Buck's had a rough go of it in the majors the last couple of years, hitting .223/.289/.392 in 287 plate appearances, however he still raked in AAA in '08 and poorly in '09, though this was primarily babip-driven as his BB%, K%, and ISO were all near his minor league averages.

Buck's upside is pretty good, considering his last healthy season had him hitting .288/.377/.474 in majors and putting up 2.3 WAR in only 82 games (!). He rates as above average at both outfield corners according to UZR (sample size warning), though his ARM rating rates as below average in right. He also fits the left-handed requirement.

Buck's comes with a big warning flag, though. He suffered a concussion sliding into the outfield wall on June 30, 2008 and has been put on the DL with post-concussion syndrome two different times since then, as recently as October 5th of this past season.

Josh Reddick

Reddick plays in the Red Sox system and isn't a prospect (he didn't make Keith Law's Red Soz top 10) , so his future lies with a different organization anyway. He has a .291/.343/.512 line in the minors. The power is encouraging, though his inability to draw walks means he might be destined to be a 4th outfield. Of course, he'll only be 23 next season, so he has plenty of time to improve.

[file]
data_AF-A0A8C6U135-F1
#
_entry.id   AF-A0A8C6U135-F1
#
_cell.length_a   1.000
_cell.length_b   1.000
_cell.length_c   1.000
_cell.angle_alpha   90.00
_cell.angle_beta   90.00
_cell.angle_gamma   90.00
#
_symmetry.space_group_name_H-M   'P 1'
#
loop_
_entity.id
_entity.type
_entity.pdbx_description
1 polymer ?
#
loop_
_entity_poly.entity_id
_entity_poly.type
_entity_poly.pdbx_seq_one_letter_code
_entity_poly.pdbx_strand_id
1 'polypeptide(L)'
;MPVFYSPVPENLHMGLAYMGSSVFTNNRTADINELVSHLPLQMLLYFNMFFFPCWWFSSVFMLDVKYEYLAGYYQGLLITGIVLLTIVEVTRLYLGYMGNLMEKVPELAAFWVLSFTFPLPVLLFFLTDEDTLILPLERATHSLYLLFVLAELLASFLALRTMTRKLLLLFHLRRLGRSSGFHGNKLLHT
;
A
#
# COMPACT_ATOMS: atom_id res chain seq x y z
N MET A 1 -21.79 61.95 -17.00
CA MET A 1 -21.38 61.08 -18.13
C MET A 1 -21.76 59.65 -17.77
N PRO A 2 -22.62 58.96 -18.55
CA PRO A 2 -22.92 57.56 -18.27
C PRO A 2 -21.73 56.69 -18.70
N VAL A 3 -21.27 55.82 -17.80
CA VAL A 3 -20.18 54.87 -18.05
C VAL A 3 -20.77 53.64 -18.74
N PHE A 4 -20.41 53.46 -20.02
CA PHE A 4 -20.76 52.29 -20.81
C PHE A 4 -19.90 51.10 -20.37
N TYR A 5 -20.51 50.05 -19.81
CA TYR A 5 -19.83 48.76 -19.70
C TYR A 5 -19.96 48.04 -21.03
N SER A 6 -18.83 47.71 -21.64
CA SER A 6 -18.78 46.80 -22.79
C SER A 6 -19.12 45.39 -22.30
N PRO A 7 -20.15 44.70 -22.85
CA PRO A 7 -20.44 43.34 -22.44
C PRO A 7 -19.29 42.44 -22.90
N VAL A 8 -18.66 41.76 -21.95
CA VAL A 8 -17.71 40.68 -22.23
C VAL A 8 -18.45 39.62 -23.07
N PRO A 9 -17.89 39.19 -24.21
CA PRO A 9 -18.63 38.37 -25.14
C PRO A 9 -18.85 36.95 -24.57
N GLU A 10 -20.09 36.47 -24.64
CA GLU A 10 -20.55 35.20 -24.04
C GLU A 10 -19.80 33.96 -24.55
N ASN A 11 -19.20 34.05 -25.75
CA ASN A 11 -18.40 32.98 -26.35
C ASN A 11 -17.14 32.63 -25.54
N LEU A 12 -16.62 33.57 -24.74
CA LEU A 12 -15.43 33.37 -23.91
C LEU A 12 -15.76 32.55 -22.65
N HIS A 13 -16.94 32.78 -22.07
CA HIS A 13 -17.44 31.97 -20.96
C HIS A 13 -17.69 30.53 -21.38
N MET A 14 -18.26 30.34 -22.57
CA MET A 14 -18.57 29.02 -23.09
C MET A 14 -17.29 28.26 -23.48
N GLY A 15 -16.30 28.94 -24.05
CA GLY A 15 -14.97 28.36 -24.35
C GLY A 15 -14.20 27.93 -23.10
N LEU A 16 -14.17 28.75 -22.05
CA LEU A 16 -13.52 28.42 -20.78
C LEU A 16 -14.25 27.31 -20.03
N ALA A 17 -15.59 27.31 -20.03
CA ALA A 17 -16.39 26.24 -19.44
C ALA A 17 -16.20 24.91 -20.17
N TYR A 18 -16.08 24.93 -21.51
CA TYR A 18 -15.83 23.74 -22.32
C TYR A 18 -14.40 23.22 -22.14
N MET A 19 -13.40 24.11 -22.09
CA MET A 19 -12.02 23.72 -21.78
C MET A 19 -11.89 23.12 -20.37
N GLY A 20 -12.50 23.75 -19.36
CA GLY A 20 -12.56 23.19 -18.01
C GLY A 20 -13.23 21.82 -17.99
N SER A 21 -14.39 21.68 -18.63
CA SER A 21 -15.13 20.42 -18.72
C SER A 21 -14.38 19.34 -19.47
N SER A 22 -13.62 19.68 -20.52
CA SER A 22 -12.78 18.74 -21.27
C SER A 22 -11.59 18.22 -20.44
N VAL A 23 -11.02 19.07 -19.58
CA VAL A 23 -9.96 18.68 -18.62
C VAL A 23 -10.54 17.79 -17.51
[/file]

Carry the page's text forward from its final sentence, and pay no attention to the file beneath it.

He's split his time more or less equally between right and center field in the minors, so I would assume he is a good defender. Eyeballing his minor league Total Zone ratings suggests he is slightly below average in right and poor in center, however.

He's also left-handed, but he holds a neutral platoon split in the minors (actually slightly reverse: OPS of .864 vs. LHP, .850 vs. RHP), which actually isn't preferable for our purposes, since it would lead to an inefficient platoon with Bautista.

John Bowker